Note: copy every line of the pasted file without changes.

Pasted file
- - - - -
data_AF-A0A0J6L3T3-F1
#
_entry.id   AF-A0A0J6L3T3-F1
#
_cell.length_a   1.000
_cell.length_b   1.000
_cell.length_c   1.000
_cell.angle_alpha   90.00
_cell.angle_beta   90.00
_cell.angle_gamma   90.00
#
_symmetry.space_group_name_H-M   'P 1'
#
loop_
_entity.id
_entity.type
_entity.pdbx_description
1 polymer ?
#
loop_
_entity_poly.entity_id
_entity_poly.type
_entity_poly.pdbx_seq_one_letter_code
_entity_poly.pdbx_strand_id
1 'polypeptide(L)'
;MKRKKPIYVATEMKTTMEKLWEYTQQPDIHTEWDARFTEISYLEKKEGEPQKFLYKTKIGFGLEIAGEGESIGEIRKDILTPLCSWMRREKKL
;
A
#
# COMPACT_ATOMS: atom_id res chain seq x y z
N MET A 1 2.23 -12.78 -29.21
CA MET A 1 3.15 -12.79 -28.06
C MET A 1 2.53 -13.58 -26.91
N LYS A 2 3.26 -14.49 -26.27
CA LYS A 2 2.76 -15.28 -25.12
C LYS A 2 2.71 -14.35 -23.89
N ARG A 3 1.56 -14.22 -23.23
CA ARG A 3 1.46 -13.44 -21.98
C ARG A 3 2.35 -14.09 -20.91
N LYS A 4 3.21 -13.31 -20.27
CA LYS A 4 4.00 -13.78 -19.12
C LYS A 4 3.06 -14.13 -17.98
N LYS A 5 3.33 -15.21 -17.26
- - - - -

data_AF-A0A0J6L3T3-F1
#
_entry.id   AF-A0A0J6L3T3-F1
#
_cell.length_a   1.000
_cell.length_b   1.000
_cell.length_c   1.000
_cell.angle_alpha   90.00
_cell.angle_beta   90.00
_cell.angle_gamma   90.00
#
_symmetry.space_group_name_H-M   'P 1'
#
loop_
_entity.id
_entity.type
_entity.pdbx_description
1 polymer ?
#
loop_
_entity_poly.entity_id
_entity_poly.type
_entity_poly.pdbx_seq_one_letter_code
_entity_poly.pdbx_strand_id
1 'polypeptide(L)'
;MKRKKPIYVATEMKTTMEKLWEYTQQPDIHTEWDARFTEISYLEKKEGEPQKFLYKTKIGFGLEIAGEGESIGEIRKDILTPLCSWMRREKKL
;
A
#
# COMPACT_ATOMS: atom_id res chain seq x y z
N MET A 1 2.23 -12.78 -29.21
CA MET A 1 3.15 -12.79 -28.06
C MET A 1 2.53 -13.58 -26.91
N LYS A 2 3.26 -14.49 -26.27
CA LYS A 2 2.76 -15.28 -25.12
C LYS A 2 2.71 -14.35 -23.89
N ARG A 3 1.56 -14.22 -23.23
CA ARG A 3 1.46 -13.44 -21.98
C ARG A 3 2.35 -14.09 -20.91
N LYS A 4 3.21 -13.31 -20.27
CA LYS A 4 4.00 -13.78 -19.12
C LYS A 4 3.06 -14.13 -17.98
N LYS A 5 3.33 -15.21 -17.26